Gweru, SPCA clash over stray dogs

BY STEPHEN CHADENGA

The Gweru City Council and the Society for the Prevention of Cruelty to Animals (SPCA) on Wednesday clashed over the local authority’s decision to shoot stray dogs to protect residents against rabies, but the SPCA felt that the council was violating animal rights.

City director of health services, Sam Sekenhamo said council had recorded an increase in the number of dog bites and to prevent a rabies outbreak the local authority had to enforce a leash order which expired last month.

“As council we had ordered residents to secure their dogs as we enforced a tie-up-order during the period April 10 to May 10,” Sekenhamo said on Wednesday at a meeting on stray animals held at Town House.

“But since you (SPCA) called us and promised to come up with other ways other than shooting the dogs we had to temporarily shelve that decision.”

SPCA inspector Simbarashe Kurumbidza, however, said shooting dogs was a violation of animal rights and urged council to provide them with material for making dog traps.

He said there was need for awareness campaigns to help dog owners secure their animals.

“As a society we have two traps and we strongly believe that if council can assist us with more traps we can trap a lot of dogs instead of
shooting them,” Kurumbidza said.

“We can also have outreach meetings to assist dog owners meet standards for securing their dogs. This process would be ongoing and we cannot put a timeline.”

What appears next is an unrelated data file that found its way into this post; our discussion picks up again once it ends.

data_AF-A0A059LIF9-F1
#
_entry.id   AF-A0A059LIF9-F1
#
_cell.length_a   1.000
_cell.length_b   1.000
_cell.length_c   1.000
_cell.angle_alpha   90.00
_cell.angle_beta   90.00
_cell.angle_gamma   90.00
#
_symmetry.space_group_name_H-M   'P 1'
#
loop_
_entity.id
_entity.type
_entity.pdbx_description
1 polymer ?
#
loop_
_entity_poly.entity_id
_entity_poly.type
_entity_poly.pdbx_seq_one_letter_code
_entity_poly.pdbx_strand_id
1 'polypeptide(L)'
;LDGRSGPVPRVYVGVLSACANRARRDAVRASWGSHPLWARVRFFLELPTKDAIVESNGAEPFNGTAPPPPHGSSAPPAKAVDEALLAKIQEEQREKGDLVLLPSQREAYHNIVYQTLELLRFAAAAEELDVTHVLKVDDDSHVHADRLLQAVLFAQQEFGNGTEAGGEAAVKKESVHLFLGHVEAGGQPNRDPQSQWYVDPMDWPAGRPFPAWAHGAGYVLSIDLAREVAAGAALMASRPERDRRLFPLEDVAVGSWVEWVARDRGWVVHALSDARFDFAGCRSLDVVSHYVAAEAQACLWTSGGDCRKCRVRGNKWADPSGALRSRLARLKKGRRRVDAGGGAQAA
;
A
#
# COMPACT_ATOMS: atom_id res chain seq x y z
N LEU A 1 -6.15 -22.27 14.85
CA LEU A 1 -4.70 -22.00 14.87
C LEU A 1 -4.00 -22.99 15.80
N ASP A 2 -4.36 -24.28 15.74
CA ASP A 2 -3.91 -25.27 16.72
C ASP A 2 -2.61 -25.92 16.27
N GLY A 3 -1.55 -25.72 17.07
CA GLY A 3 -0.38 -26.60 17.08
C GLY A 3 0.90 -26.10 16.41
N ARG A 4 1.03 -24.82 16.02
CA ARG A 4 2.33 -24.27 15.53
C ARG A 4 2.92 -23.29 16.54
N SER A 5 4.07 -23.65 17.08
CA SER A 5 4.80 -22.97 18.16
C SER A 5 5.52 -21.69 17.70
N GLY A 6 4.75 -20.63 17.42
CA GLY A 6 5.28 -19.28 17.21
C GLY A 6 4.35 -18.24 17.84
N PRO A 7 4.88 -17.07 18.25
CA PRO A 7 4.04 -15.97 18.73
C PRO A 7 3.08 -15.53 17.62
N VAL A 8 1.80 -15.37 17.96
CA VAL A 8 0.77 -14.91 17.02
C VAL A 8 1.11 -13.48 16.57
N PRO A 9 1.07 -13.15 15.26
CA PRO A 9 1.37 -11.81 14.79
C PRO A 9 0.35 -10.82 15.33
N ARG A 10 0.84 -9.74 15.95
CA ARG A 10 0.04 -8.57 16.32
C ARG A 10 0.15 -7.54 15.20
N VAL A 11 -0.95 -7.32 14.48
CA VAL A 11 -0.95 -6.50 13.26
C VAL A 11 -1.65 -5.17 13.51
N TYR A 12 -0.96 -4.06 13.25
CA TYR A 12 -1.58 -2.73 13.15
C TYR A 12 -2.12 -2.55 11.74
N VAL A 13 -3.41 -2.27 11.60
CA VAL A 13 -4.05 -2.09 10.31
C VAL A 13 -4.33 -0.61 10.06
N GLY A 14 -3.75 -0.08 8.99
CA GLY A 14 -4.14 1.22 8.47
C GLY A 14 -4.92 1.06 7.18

But Sekenhamo said council would provide SPCA with 10 dog traps and gave the end of July as the deadline for the society to catch the
stray animals.

“After that period (up to July 31) if nothing materialises we have no option, but to shoot and where we suspect any rabid dog we will
obviously shoot them down,” he said.

“To us human life is more important than animal life and we cannot put human life at stake and besides we are only targeting stray dogs. In any case, we have been empowered by a council resolution and by-laws to shoot the dogs, but we chose to engage stakeholders, yet they
(stakeholders) seem to shift goal posts.”

According to council health reports from the period January to June this year, the local authority recorded 48 dog bites, 24 and 13
vaccinated and unvaccinated dogs, respectively, while 11 cases were unknown.

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